She breathed in. Sydney was, all at once, an entire forest. She was root and leaf, dirt and sky. Green and spring were blood in her veins, air in her lungs. She was, between one heartbeat and the next, all of magic.
The world building soars to brilliant heights off of the foundation of the prose, as a vast realm of magic courses through the veins of the great city, and places like New York’s Central Park house hidden facets of the Unseen World that are wholly new and vivid for readers.
There are so many good lines in the book, but this one wrenched on my heartstrings:
“It was a terrible thing, having hope again.” [Howard, Kat, An Unkindness of Magicians, Gallery/Saga, 2017, page 163]
Mild SPOILER Warning for An Unkindness of Magicians
Every two decades, sometimes a few years less, sometimes more, there is a Turning of Fate’s wheel, and in the Turning the magical houses enter a medieval-like tournament to vie for power, to establish themselves in the Unseen World, or to settle grudges with duels to the death.
The politics, the disinheritances, the murders, the humor, the conversations over drinks, and the plotting and manipulation carried out by a bevy of memorable characters creates an enthralling atmosphere, not unlike the dramatic woven plots in George R.R. Martin’s A Game Of Thrones.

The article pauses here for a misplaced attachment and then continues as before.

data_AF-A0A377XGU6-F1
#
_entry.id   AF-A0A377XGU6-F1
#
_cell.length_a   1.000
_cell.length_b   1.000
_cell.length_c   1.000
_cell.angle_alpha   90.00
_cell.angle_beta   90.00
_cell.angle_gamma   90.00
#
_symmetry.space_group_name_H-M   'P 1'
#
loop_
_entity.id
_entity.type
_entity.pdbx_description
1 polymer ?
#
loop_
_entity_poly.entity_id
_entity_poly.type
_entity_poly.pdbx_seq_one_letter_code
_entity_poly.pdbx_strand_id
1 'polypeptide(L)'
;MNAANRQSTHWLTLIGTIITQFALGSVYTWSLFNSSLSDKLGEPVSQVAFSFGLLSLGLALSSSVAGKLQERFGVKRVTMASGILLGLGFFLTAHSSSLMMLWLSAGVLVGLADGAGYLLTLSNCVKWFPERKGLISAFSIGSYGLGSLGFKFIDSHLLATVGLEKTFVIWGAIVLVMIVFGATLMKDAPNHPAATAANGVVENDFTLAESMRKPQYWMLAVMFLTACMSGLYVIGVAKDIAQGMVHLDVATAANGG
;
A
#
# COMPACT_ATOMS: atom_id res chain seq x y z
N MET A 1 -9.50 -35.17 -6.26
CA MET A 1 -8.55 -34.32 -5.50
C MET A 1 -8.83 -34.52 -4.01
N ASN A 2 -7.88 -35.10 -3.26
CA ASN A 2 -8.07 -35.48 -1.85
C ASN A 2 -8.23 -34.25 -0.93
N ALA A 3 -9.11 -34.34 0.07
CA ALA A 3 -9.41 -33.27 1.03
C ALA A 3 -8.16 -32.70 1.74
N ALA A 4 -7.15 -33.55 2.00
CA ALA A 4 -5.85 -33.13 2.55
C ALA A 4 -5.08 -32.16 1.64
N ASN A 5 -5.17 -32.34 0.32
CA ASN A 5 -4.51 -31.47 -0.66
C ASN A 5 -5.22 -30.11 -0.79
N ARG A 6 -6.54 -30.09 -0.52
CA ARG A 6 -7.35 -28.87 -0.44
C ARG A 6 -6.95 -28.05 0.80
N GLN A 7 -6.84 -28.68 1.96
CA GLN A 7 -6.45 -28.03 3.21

The main character, Sydney, is unknown in the magicians’ circles when she arrives in the city.
But she applies for a job, to be a champion of a potential new magical house, and as she lifts cars in the middle of the Manhattan sky with no one – even those non-magical New Yorkers, the mundanes, in their own cars – the wiser, she wins the job.
In her first duel, she wields such immense power that by forcing all of the magicians present to dance, like puppets, everyone takes immediate note.
A target is planted firmly on her back.
Sydney has been let out of the House of Shadows, a hidden magical house that secretly fuels all of the magicians so that they can cast without paying the painful physical toll that comes with the use of magic.
The reality, Sydney, reveals is that infants are sacrificed by each house and those children are raised by Shadows, who cut into their bodies and their very shadows to withdraw magic to pay the toll for the Unseen World.
Warning! You may not be able to put An Unkindness of Magicians down!
Sydney’s contract with Shadows has nearly been completed, and she wants nothing more than to ruin the House of Shadows and to somehow stop the corrupt wielding of magic.